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Recent research shows that specific chemicals in foods – such as sulforaphane, a phytochemical in broccoli – work with your genes to ratchet up your body’s natural defense systems, helping to inactivate toxins and free radicals before they can do the damage that leads to cancer, cardiovascular disease, and even premature aging.
And the hope for the future is to be able to tell someone what diseases or maladies they might be genetically predispositioned to early on, so their diets can be focused accordingly. We’ll know which ones to add, which ones to avoid, and be able to take a proactive role in preventing or deterring a genetic disease. In the meantime, many foods have been determined to pack a punch to the aging process.
Lycopene, the pigment that makes tomatoes red, also appears to reduce risk for cardiovascular disease, some cancers, and macular degeneration. It’s also been associated in greater self-sufficiency in elderly adults. While fresh tomatoes have a good hit of lycopene, the most absorbable forms are found in cooked tomato products, such as spaghetti sauce and soup and prepared salsas. Pink grapefruit, guava, red bell peppers, and watermelon are also rich in lycopene.
Eating at least two cups of orange fruits like sweet potatoes, squash and carrots boosts intake of beta-carotene, which converts to vitamin A, essential for healthy skin and eyes, which may also reduce the risk of some cancers, cardiovascular disease, and osteoporosis. Lutein and lycopene, also found in orange produce, also help reduce the risk of macular degeneration and may protect skin from sun damage and even reduce wrinkling as well. Mangos and cantaloupes are also beta-carotene endowed.
And if you don’t do anything else to change your diet, eat your dark leafy greens. They have been showed to significantly reduce your risk for heart disease and may also save your eyesight. Dietary guidelines advise at least three cups of greens a week.
Don’t forget the mental aging process as well. The heart-healthy omega 3 fatty acids have also recently been shown to keep your brain sharp. A recent study found that a higher intake of fatty fish significantly reduced mental decline. If fresh fish isn’t an option, go for canned tuna, salmon, and sardines.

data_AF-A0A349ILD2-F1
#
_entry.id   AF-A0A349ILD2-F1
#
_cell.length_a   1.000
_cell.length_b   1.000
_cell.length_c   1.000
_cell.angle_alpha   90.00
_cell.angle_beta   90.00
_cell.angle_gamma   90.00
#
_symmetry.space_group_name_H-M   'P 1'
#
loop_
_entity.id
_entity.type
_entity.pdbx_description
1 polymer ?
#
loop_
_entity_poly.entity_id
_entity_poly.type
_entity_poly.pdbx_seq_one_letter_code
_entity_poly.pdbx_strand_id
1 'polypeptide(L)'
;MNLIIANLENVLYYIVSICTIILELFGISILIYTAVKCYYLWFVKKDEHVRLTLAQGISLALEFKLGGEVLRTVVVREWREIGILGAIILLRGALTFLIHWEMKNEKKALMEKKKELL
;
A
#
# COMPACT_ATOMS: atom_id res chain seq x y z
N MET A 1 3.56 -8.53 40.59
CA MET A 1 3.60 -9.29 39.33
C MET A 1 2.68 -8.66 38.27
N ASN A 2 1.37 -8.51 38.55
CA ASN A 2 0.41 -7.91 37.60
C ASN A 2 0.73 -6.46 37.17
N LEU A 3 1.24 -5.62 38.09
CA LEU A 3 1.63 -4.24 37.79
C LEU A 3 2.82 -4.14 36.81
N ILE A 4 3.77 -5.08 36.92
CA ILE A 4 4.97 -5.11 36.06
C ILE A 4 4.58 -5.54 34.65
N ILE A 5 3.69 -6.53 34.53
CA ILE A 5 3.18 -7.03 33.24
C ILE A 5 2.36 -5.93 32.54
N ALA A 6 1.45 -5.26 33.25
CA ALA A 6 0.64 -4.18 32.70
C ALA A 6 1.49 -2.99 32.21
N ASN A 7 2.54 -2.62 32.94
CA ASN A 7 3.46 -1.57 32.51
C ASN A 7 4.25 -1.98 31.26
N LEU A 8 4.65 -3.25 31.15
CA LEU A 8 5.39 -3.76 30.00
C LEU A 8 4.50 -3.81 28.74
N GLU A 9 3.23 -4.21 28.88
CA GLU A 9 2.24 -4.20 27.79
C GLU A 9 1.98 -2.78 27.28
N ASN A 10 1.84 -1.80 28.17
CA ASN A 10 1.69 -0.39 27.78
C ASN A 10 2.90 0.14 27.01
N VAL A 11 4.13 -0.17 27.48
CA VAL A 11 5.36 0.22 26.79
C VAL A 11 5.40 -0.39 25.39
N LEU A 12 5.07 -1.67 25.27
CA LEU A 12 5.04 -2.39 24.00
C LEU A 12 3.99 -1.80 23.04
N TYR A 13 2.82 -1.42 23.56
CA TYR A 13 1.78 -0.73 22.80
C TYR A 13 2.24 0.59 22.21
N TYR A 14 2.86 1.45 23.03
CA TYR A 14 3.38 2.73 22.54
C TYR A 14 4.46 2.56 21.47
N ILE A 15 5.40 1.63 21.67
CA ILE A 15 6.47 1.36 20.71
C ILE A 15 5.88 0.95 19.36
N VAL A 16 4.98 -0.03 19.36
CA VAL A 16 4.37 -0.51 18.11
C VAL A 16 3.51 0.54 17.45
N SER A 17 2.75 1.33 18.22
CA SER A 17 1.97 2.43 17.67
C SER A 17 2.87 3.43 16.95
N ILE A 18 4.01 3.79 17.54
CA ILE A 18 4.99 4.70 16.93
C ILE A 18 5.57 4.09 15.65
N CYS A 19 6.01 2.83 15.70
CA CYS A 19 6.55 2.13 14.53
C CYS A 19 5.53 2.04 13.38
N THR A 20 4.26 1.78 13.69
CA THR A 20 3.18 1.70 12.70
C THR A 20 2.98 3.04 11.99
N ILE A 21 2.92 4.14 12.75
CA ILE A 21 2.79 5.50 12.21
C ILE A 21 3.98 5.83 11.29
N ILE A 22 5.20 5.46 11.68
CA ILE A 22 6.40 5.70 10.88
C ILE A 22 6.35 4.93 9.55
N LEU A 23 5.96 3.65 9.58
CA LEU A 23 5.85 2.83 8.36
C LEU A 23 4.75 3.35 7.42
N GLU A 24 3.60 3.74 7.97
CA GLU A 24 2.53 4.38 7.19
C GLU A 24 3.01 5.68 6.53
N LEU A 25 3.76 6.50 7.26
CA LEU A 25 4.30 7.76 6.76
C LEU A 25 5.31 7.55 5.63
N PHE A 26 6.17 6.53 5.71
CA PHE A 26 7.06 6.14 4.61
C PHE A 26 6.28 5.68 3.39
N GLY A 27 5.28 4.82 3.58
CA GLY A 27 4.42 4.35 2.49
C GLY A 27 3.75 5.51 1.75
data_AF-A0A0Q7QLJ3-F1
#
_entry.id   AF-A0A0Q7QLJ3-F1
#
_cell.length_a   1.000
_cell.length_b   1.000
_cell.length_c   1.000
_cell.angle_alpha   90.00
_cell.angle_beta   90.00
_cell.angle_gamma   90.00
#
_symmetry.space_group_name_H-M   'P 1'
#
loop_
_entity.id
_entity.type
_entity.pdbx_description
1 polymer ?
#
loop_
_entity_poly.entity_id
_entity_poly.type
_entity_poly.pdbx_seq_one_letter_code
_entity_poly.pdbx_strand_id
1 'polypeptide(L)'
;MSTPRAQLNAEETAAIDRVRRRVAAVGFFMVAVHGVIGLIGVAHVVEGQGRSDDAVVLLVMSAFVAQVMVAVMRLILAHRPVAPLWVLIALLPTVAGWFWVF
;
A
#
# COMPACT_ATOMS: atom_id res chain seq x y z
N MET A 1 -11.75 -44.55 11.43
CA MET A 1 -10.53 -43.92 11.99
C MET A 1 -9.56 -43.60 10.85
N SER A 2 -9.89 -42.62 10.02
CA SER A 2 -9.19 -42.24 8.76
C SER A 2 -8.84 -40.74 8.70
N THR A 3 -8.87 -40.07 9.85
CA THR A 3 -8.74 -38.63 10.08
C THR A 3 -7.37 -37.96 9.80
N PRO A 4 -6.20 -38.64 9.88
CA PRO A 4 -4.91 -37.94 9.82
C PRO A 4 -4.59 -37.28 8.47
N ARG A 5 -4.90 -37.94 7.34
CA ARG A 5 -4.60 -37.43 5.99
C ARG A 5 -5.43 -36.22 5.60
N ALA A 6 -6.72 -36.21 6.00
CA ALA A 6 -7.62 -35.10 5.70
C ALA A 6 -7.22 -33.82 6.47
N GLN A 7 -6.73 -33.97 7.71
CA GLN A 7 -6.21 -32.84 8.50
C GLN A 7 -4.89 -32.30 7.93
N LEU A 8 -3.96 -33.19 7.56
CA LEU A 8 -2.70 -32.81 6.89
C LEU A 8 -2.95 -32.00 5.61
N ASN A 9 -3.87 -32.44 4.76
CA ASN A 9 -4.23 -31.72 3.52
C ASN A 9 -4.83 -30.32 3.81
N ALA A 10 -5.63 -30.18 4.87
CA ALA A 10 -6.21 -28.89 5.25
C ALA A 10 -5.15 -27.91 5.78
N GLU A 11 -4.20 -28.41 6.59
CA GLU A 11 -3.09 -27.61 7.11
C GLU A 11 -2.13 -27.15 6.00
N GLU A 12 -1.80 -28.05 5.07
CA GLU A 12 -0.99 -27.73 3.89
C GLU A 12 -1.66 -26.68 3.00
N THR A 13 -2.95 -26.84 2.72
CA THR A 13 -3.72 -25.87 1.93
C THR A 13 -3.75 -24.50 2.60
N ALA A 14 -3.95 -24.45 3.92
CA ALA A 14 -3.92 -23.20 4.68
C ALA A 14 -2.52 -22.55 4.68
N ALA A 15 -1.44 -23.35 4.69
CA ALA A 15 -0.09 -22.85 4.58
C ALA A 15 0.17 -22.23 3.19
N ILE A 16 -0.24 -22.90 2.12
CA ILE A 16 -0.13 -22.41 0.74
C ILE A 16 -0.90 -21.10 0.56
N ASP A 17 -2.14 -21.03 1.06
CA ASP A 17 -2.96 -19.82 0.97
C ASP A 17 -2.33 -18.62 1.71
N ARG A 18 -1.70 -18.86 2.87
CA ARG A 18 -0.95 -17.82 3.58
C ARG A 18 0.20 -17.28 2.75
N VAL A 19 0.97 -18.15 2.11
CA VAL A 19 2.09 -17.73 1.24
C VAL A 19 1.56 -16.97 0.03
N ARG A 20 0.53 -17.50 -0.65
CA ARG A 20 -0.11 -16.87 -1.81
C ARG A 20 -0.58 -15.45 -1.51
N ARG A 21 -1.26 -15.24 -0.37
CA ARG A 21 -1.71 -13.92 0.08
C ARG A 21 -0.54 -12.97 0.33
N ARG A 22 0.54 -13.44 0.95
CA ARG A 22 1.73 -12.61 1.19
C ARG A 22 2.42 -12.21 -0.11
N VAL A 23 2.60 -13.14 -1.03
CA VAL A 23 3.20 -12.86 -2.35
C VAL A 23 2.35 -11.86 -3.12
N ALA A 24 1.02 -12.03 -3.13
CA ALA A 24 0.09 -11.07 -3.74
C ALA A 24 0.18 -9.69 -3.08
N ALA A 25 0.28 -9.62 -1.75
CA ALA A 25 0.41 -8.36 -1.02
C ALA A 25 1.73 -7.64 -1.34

It’s important that we eat plenty of different fruits and vegetables every day. Diets rich in fruits and vegetables may reduce the risk of cancer and other chronic diseases. Fruits and vegetables provide essential vitamins and minerals, fiber, and other substances that are important for good health. Most fruits and vegetables are naturally low in fat and calories and are filling.
You’ve probably heard about the 5 A Day for Better Health program. It provides easy ways to add more fruits and vegetables into your daily eating patterns. It’s vital that we eat a wide variety of colorful orange/yellow, red, green, white, and blue/purple vegetables and fruit every day. By eating vegetables and fruit from each color group, you will benefit from the essential vitamins, minerals, and fiber that each color group has to offer alone and in combination.
There’s several different yet simple ways to start incorporating vegetables and fruit into your familiar and favorite meals. You can begin your day with 100 percent fruit or vegetable juice, slice bananas or strawberries on top of your cereal, or have a salad with lunch and an apple for an afternoon snack. Include a vegetable with dinner and you already have about 5 cups of fruits and vegetables. You may even try adding a piece of fruit for a snack or an extra vegetable at dinner.
Don’t be afraid to try something new to increase your vegetable and fruit intake. There are so many choices when selecting fruits and vegetables. Kiwifruit, asparagus, and mango may become your new favorite. Keep things fresh and interesting by combining fruits and vegetables of different flavors and colors, like red grapes with pineapple chunks, or cucumbers and red peppers.
Get in the habit of keeping fruits and vegetables visible and easily accessible – you’ll tend to eat them more. Store cut and cleaned produce at eye-level in the refrigerator, or keep a big colorful bowl of fruit on the table.